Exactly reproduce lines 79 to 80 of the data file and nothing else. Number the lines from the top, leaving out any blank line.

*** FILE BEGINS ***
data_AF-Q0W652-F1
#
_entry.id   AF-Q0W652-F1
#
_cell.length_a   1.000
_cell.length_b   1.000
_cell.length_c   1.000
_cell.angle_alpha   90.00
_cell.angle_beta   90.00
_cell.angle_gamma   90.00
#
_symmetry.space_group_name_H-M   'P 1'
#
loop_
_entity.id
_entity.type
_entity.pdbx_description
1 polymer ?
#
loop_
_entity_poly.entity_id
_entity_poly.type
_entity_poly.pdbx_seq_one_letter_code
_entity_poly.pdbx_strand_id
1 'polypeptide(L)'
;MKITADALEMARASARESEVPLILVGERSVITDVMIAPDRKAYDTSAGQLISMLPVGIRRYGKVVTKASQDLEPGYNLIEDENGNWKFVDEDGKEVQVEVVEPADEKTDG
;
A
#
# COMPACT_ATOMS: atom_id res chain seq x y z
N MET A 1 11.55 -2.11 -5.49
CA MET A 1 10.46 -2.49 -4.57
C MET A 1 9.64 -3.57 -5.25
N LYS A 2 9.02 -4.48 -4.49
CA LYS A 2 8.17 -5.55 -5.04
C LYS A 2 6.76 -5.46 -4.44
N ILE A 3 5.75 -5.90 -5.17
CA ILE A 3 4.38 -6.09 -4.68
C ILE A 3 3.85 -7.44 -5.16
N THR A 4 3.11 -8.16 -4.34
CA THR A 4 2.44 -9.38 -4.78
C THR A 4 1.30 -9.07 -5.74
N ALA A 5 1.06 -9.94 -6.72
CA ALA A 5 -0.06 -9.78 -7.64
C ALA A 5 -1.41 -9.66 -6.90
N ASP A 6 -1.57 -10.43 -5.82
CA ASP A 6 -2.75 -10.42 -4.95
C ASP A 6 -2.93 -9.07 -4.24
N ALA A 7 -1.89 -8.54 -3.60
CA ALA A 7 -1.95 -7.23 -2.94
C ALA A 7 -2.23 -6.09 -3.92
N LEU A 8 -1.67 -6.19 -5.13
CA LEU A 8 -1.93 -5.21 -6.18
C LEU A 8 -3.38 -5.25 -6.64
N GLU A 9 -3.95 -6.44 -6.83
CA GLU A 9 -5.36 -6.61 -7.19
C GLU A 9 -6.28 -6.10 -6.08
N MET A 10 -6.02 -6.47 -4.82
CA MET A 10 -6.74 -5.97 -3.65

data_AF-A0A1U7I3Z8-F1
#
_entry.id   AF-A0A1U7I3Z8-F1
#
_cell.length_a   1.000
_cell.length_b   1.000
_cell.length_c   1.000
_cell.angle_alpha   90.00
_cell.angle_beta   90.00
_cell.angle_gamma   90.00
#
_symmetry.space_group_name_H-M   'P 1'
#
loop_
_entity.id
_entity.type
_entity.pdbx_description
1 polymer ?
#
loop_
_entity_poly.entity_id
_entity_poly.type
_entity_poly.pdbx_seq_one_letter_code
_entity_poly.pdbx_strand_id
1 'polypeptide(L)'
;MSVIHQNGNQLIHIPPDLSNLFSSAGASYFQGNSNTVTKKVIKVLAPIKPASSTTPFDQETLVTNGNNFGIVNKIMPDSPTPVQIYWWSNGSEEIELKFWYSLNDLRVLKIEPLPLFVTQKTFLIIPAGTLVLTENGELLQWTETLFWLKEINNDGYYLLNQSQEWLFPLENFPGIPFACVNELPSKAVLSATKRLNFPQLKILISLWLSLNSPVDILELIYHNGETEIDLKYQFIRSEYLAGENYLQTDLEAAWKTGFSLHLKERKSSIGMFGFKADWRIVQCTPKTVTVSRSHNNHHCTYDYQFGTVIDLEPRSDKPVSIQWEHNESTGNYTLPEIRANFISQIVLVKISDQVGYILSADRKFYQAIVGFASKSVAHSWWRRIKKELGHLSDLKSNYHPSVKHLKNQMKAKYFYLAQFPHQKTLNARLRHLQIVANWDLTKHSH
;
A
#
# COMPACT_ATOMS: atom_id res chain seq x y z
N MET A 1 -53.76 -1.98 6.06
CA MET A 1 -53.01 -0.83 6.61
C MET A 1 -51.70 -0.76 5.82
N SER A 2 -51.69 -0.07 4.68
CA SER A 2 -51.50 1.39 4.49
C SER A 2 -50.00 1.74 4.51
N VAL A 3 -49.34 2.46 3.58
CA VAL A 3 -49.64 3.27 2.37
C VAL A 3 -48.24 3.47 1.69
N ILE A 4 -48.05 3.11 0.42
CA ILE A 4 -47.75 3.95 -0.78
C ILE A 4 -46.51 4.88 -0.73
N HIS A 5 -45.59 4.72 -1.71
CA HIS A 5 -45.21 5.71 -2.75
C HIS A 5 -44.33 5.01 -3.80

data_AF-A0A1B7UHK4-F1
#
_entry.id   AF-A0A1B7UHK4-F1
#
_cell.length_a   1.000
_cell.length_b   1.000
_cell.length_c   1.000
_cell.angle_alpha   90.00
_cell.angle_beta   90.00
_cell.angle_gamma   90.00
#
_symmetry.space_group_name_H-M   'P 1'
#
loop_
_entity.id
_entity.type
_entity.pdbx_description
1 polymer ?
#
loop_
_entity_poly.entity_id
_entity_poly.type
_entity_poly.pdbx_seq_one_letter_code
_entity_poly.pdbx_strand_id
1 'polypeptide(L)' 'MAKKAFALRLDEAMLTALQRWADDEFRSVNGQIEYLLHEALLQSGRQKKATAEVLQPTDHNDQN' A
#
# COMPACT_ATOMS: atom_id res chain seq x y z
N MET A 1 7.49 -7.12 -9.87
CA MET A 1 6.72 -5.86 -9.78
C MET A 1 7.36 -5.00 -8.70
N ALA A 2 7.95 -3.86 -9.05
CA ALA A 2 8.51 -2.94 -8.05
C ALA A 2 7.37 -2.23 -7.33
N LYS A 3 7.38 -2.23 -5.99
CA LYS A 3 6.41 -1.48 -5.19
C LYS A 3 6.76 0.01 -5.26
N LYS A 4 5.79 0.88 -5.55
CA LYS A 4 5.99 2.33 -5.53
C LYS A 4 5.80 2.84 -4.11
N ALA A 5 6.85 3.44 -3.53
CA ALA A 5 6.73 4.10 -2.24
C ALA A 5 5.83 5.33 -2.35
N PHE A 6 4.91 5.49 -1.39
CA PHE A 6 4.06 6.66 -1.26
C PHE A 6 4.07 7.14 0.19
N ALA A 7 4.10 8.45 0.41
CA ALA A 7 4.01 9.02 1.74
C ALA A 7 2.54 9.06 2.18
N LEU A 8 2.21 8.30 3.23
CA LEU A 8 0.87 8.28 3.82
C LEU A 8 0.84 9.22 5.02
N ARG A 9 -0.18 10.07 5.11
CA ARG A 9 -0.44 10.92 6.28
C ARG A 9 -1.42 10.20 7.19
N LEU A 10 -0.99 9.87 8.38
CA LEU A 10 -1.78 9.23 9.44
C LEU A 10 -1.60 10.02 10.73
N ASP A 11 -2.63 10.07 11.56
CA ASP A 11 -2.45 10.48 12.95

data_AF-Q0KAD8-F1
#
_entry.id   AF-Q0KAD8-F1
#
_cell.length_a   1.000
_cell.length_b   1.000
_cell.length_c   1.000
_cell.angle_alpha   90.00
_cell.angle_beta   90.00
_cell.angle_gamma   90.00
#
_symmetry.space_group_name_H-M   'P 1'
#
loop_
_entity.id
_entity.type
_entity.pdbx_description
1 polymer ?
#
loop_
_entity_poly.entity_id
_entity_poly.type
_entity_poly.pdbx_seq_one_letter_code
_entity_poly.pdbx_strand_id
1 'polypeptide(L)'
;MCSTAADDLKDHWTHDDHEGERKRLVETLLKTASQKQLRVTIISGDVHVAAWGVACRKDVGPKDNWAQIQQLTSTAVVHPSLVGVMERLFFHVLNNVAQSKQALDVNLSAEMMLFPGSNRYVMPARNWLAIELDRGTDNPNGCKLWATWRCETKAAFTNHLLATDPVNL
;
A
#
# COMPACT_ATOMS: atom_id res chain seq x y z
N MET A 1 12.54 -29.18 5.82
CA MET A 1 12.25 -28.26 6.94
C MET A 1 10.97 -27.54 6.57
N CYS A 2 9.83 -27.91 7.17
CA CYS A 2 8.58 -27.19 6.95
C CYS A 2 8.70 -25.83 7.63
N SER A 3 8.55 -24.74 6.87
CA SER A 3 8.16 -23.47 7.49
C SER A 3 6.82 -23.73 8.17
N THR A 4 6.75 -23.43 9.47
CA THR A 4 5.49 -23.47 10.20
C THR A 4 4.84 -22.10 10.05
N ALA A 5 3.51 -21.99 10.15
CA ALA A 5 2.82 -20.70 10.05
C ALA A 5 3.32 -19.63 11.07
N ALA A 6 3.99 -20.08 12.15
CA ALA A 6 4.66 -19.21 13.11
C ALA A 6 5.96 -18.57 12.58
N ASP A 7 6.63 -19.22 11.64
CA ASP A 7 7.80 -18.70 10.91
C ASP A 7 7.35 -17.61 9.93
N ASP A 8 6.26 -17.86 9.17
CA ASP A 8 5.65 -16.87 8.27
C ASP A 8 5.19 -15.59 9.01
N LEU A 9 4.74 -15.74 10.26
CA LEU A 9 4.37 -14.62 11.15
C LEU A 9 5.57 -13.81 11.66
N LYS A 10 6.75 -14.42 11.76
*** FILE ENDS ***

loop_
_entity_poly.entity_id